To the Jean [Queen?] Lapage Mine - east hand track 3 miles S.E. Mullis and A.H. Brown.
At 420 pm I reached the opposite side of Lake Yindargooda. At 5.00 pm I reached Lake Lapage. About 3 miles from Lake Yindarlgooda. Good track for the wheelbarrow. At 5.37 pm I got over Lake Lapage. For half a mile or so being awfully soft I nearly bursted myself pushing the barrow. After I crossed the lake I travelled for a while and camped at 6.12 pm about 3 miles east and about one mile north of Lake Lapage and about 29 miles off I.O.U. I felt very tired indeed. I pitched the tent and lit the fire. Made some soup out of a tin Peas and tinned roast beef. Partook of it at 7. 10 pm with a drink tea. At 7.45 pm I laid down to sleep on abed of Mulga boughs and other bushes.
P.S. The country between I.O.U. and Lake Yindarlgooda is broken in a lot of hills and interspersed with long stretches of flats. Pretty well timbered. Salmon Gums, Sheoaks, Mulga, Kurrajongs, Quandongs, Sandalwood, other trees and scrubs such as salt bushes. Between Lake Yindarlgooda and Lake Lapage the country is flat, composed of Ironstone and middling timbered (mostly Sheoaks and some gum trees, salt bushes and other scrubs). [...] [92]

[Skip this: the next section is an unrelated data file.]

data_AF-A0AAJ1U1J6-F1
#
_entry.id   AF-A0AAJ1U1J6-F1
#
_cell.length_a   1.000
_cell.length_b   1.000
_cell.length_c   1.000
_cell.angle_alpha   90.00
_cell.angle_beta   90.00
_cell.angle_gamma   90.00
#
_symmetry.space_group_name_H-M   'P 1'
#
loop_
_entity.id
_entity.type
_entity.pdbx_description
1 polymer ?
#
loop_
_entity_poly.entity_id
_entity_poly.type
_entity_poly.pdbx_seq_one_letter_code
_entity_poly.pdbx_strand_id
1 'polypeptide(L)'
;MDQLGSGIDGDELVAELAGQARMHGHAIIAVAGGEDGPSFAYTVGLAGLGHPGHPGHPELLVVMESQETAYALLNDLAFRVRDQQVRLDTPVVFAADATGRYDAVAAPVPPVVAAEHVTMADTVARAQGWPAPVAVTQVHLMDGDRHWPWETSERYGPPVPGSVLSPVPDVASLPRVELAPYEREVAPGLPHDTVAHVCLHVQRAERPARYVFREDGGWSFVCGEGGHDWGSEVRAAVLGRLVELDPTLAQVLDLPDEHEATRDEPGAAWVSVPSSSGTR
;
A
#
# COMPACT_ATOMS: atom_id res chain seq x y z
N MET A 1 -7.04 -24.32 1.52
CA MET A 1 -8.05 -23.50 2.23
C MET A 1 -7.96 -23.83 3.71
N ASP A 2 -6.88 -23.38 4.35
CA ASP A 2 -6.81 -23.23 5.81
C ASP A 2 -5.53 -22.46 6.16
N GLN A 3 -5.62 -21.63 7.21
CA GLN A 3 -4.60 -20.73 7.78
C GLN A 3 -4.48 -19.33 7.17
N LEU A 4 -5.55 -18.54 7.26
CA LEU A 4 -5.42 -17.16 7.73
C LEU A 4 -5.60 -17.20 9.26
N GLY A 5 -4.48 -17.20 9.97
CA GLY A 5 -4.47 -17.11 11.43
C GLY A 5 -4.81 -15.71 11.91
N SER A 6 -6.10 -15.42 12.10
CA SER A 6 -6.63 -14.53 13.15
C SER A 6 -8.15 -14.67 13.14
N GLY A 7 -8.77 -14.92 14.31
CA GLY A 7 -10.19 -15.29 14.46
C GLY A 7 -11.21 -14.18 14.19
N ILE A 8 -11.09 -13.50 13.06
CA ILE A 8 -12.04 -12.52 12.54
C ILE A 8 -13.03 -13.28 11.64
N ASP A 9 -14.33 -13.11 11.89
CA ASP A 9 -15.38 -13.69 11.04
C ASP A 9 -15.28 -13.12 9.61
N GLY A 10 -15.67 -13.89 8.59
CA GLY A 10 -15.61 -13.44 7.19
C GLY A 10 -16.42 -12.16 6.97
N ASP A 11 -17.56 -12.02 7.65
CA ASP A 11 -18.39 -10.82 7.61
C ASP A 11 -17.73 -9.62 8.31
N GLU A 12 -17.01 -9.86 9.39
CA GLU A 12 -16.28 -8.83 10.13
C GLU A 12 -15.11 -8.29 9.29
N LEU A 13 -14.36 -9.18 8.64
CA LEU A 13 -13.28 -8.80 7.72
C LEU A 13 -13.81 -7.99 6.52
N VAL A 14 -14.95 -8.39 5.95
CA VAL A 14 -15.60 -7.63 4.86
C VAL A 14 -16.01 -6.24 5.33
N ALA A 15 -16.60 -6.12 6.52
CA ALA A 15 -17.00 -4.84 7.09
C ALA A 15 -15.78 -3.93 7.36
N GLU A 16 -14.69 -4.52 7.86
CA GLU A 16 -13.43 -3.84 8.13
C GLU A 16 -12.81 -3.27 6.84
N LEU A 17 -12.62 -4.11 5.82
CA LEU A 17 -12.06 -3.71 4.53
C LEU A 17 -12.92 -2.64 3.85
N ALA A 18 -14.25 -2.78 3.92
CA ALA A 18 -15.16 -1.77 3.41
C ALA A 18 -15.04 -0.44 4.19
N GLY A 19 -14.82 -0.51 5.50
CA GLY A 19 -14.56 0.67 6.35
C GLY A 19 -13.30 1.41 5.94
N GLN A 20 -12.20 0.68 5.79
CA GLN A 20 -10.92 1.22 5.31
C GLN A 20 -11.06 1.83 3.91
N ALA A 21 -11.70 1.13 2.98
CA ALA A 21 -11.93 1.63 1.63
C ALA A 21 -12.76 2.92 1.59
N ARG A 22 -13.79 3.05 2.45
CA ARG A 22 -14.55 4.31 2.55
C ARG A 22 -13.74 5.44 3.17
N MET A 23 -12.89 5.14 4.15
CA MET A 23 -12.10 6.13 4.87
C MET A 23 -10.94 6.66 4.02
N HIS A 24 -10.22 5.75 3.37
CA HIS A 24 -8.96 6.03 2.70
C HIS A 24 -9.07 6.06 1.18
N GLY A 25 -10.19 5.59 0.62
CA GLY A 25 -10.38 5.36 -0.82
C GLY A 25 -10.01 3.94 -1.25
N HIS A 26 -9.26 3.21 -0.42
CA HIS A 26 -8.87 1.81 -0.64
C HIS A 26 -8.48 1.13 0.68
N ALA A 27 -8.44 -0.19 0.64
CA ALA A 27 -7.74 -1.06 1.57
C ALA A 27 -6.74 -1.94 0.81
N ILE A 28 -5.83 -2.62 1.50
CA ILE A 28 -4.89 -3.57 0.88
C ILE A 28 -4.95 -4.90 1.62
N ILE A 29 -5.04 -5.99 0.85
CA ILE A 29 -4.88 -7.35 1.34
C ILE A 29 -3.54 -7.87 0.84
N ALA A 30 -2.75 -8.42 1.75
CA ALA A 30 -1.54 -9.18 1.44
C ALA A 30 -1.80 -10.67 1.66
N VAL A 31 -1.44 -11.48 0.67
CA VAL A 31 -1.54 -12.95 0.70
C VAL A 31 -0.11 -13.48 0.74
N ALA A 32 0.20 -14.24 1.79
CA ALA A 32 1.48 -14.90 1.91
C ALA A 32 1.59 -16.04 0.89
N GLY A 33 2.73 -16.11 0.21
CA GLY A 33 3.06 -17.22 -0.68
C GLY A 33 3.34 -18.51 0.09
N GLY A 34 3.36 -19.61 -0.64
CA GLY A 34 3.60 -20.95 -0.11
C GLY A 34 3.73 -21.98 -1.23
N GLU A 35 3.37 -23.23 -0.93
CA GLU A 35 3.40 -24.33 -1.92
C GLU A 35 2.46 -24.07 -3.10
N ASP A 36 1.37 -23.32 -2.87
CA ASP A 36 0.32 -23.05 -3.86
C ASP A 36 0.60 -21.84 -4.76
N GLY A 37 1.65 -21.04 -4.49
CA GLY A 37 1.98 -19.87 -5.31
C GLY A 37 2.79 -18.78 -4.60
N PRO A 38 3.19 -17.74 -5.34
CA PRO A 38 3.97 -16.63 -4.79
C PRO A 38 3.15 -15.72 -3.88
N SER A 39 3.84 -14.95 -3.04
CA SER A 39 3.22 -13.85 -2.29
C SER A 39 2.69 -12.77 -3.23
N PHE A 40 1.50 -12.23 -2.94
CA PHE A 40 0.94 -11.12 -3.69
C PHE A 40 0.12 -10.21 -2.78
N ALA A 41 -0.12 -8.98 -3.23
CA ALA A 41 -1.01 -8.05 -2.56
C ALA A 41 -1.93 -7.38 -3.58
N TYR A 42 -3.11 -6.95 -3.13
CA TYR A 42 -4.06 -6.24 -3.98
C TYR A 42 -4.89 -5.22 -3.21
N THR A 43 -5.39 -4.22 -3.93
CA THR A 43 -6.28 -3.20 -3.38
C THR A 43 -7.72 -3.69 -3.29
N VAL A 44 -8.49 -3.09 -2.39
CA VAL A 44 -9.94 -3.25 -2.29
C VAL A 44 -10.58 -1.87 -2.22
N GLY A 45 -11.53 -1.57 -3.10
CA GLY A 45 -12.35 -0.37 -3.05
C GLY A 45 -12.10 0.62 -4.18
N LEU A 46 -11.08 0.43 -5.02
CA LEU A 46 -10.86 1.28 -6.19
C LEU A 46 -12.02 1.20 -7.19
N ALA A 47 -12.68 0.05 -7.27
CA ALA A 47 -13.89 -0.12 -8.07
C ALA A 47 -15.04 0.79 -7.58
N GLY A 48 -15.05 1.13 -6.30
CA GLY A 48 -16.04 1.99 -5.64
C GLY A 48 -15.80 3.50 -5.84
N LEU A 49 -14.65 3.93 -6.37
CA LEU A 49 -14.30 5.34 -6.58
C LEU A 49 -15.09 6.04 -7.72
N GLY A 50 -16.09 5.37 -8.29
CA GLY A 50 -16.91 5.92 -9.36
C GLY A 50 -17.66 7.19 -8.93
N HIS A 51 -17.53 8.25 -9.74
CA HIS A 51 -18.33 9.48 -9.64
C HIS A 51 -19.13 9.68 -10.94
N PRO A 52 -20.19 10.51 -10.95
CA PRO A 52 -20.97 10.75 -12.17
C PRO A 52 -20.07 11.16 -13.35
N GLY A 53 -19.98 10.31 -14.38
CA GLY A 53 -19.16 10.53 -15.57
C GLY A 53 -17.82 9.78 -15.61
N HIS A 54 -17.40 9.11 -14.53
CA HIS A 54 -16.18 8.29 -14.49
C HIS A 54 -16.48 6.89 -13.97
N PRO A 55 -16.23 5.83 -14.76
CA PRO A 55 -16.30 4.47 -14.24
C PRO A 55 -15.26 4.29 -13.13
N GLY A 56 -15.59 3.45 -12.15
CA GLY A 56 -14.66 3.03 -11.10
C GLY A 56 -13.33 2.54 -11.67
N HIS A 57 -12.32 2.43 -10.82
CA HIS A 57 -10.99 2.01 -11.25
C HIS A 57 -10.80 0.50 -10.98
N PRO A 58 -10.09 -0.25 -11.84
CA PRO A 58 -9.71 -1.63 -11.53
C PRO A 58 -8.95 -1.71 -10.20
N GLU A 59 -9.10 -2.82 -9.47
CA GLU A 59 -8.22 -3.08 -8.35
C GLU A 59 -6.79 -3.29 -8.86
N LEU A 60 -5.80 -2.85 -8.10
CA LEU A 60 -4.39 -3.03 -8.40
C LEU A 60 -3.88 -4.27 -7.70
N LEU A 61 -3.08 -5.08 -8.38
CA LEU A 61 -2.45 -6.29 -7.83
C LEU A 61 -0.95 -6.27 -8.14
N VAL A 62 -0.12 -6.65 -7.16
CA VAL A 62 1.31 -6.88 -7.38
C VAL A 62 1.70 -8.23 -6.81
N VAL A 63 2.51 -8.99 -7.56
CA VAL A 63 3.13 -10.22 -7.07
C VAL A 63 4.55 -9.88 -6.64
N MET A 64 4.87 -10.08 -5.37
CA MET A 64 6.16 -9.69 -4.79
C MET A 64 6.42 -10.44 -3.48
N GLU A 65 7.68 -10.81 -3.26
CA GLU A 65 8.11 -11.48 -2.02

January 14, 1896 Slept middling well. Got up 6.05 am. A very gloomy morning threatening to rain. At 11.30 am a light shower fell. Lasted 15 minutes. After then kept day all the afternoon and no sign of the sun both yesterday and today. Breakfast 6.45 am; bread, honey and cocoa. At 7. 10 am I started for Kurnalpi. At 8.30 am I reached the Cane Grass Swamp. Here I had chat with a man (who is condensing water), for half an hour. Started again at 9.00 am. At 10.50 am I came to Success Mine. It has a 4 stampers battery situated on a bit of rise. It started crushing about April 1895. At 11.30 am came on a little shower of rain. I halted and boiled the billy. Had lunch at 1 1.45 am; bread, Sydney tinned roast beef and tea. I being only two miles and a half from Kurnalpi at this spot. Started again at 12.20 pm. When within a mile and a half from Kurnalpi came to a condenser run by Cocks or Cox. Here bought two gallons water 4d per gallon. At 1.25 pm I reached Kurnalpi. I camped below the new townsite, under the large gum tree and about 200 yards from the Kurnalpi hotel and off the Coolgardie road. After I pitched the tent I went to the old township, half a mile away south-east of the new one. There I bought one lb preserved potatoes 1/2, 1 1/2£b onions 1 / , one tin meat 1 / , a loaf bread 1 / , returned to my camp. Done cooking. Supper 6. 10 pm; stew and a drink tea. Afterwards read scraps of old newspapers found in abandoned camp site. Retired 9.30 pm.